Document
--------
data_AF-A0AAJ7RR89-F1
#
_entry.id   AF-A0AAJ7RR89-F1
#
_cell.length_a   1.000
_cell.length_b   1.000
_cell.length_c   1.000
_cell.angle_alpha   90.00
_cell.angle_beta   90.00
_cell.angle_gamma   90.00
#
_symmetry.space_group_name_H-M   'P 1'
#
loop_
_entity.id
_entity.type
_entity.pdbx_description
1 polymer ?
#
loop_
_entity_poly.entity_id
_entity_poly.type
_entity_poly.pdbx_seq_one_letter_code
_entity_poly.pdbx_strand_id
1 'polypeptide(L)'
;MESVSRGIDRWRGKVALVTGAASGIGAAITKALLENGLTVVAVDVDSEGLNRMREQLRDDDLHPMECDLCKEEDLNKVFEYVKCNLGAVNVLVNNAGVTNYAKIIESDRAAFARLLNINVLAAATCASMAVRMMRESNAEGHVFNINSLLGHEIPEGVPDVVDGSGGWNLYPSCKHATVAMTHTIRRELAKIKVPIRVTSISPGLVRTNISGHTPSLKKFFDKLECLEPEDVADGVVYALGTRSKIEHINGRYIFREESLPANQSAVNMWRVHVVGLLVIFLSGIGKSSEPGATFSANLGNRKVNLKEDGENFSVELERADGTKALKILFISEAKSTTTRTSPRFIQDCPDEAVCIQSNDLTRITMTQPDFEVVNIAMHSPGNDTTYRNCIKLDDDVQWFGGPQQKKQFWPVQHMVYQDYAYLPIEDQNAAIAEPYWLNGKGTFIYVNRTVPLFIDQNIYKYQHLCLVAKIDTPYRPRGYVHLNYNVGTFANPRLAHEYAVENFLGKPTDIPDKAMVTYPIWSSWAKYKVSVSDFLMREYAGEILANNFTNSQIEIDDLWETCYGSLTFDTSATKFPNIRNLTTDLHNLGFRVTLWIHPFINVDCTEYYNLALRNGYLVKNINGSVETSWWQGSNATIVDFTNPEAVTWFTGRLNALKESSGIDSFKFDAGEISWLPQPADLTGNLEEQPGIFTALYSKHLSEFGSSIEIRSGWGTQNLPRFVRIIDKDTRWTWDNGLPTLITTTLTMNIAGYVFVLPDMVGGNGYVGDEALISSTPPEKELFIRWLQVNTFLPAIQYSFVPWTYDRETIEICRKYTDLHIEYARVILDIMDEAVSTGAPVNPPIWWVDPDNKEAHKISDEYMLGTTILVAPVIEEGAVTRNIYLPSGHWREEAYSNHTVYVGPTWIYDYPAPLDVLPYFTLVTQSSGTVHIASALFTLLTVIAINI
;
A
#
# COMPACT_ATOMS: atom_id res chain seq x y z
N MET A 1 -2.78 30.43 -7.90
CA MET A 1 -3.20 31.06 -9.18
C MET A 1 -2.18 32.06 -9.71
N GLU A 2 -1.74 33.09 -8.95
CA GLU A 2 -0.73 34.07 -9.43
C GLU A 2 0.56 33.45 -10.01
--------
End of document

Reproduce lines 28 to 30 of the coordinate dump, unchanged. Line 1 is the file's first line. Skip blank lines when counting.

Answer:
A
#
# COMPACT_ATOMS: atom_id res chain seq x y z